Understanding the FCA Code of Conduct

Posted by

Vivek Dodd

on 13 Apr 2023

Regulators expect employees in all financial firms to comply with the FCA Code of Conduct. Failure to do so will result in fines. Is your firm compliant?

Understanding the FCA Code of Conduct

The UK Financial Conduct Authority's (FCA's) Code of Conduct was introduced in 2021 as a step-change in how firms engage with culture in their organisations and the behaviour of employees. However, companies are still breaching this code.

Complying with the FCA's Code of Conduct

The regulator wants to see certain standards of behaviour embedded within firms' culture and wants that backed up with robust training and documentation. Let's look at the Code of Conduct and what it asks of firms today.

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What is the FCA's Code of Conduct?

The UK regulator created the Code of Conduct (COCON) in 2016. For the first time in the UK's financial services regulatory regime, there is a base level of conduct or behaviour expected of everyone involved in financial services work.

The Code of Conduct is part of an overall conduct obligations package that includes the Senior Managers & Certification Regime (SMCR) requirements.

One set of five rules is called "Individual Conduct Rules", and the second set of four rules is called the "Senior Manager Conduct Rules." By creating the Code, the FCA aims to:

  • Support the development of the right corporate culture within firms
  • Focus employee attention on acting with integrity and due skill, care and diligence
  • Emphasise the need for employees to pay due regard to the interest of customers and treat customers fairly
  • Enable firms to nurture the right compliance culture by supporting the need for employees to meet standards of market conduct
  • Ensure employees know of the need to tell the FCA things that the regulator ought to be made aware ofFree F&P Training Presentation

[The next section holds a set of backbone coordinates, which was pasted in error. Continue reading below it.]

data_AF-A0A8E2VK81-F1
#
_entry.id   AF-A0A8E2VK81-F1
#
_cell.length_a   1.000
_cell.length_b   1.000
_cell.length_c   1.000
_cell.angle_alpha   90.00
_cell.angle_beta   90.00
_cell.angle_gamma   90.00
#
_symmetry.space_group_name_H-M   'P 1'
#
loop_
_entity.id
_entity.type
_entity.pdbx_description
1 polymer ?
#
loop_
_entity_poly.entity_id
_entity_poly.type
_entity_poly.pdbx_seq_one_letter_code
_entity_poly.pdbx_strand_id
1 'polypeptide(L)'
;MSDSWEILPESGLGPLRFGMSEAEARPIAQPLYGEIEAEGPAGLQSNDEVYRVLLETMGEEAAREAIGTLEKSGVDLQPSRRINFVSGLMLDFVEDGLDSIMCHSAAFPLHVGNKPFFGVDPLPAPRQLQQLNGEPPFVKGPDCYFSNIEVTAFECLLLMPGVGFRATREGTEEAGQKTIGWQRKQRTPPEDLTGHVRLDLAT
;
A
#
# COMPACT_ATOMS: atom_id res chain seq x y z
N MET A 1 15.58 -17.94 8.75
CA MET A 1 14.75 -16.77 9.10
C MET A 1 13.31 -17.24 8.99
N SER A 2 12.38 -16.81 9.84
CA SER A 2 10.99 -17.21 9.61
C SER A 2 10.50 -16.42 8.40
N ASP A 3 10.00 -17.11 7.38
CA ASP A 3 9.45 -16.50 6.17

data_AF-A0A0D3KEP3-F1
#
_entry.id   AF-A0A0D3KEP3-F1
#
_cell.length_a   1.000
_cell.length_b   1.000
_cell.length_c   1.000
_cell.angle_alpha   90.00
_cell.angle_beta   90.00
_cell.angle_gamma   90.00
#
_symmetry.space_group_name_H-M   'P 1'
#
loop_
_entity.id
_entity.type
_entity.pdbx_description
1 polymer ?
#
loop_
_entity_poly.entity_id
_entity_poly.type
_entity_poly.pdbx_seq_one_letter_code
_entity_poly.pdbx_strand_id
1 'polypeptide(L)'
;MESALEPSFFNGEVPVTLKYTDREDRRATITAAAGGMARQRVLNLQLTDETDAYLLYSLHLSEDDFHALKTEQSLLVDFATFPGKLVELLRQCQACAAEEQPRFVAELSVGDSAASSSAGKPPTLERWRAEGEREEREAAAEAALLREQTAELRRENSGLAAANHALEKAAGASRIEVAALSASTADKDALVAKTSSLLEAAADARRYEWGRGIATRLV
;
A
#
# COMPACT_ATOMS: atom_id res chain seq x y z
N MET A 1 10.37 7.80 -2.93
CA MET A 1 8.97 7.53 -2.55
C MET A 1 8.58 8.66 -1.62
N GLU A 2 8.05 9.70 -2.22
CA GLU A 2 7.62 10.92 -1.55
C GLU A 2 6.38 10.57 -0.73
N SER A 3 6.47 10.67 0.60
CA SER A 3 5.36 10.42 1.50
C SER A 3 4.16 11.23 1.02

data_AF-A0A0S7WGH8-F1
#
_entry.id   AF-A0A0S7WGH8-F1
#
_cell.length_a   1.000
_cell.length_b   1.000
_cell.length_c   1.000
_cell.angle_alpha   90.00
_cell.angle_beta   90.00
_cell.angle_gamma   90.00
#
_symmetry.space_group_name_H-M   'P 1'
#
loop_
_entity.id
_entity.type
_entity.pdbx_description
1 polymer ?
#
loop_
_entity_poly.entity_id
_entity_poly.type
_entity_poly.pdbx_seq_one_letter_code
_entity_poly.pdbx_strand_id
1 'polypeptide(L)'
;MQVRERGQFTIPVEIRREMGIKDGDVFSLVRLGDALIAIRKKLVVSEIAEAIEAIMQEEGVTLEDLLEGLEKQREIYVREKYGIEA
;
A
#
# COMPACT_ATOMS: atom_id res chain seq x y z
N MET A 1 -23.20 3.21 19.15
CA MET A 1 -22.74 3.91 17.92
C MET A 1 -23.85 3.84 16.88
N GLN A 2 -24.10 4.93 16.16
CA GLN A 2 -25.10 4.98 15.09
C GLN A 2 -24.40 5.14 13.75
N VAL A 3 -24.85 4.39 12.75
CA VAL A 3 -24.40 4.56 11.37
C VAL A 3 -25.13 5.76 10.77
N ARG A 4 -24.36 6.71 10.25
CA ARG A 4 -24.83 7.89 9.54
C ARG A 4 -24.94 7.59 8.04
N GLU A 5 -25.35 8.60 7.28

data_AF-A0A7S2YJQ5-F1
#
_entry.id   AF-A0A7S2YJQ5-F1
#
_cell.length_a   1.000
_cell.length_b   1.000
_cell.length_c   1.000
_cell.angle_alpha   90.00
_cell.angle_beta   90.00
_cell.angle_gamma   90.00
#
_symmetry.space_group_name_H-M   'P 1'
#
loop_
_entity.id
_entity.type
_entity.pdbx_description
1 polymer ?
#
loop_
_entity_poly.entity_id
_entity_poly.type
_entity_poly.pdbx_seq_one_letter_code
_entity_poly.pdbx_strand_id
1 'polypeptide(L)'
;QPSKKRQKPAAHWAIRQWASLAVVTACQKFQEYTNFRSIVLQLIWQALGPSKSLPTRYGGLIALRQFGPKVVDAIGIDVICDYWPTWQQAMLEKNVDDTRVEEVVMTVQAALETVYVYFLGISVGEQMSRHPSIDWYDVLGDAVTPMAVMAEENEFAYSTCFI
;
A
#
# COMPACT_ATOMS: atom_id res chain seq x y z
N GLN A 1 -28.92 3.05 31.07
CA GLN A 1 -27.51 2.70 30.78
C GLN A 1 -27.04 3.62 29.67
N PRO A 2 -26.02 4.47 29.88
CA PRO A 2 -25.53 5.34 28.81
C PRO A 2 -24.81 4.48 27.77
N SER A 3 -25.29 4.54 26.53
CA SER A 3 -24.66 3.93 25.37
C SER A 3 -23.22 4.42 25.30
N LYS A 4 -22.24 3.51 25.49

Does the Code of Conduct apply to me?

The Conduct Rules apply to almost all employees who carry out financial services or linked activities in a firm. The Individual Conduct Rules apply to nearly all employees in a financial firm, with a few exceptions, such as:

  • Receptionists
  • Switchboard operators
  • Post room staff
  • Print room staff
  • Property/facilities management
  • Securities guards

Overall, there are some 20 exceptions within the FCA's Code of Conduct document that firms need to identify to ensure they are applying the Code of Conduct in the right way. Firms should carefully review the FCA's text to identify which roles are exempt from the Code of Conduct. Failure to comply with COCON constitutes a breach which will be penalised. 

The Senior Managers Conduct Rules apply to those individuals and roles identified as "senior managers" under the SMCR regime.

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What are the Individual Conduct Rules?

In its documentation, the FCA provides rules and extensive guidance. Furthermore, the FCA guides what a breach might look like for the Individual Conduct Rules. The five rules – coupled with a selection of sample breaches – for most financial services employees are:

Rule 1: You must act with integrity.
Breaches: Misleading a client, falsifying documents, and mismarking a trading position's value.

Rule 2: You must act with due skill, care and diligence.
Breaches: Failing to explain investment risks to customers or undertaking transactions without a reasonable understanding of the risks involved.

Rule 3: You must be open and cooperative with the FCA, the UK Prudential Regulation Authority (PRA) and other regulators.
Breaches: Failing to promptly answer questions posed by the regulators, failing to acknowledge or seek to resolve mistakes in dealing with customers.

Rule 4: You must pay due regard to customer interests & treat them fairly.
Breaches: Failing to provide adequate control over a client's assets, failing to disclose details of the charges or surrender penalties of investment products to a customer.

Rule 5: You must observe proper standards of market conduct.
Breaches: Manipulating or attempting to manipulate a benchmark or a market, failing to comply with market codes or exchange rules.

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What are the Senior Manager Conduct Rules?

For the Senior Manager Conduct Rules, the FCA outlines four rules with additional guidance about how senior managers can fulfil their obligations. These rules, with examples of breaches, are as follows: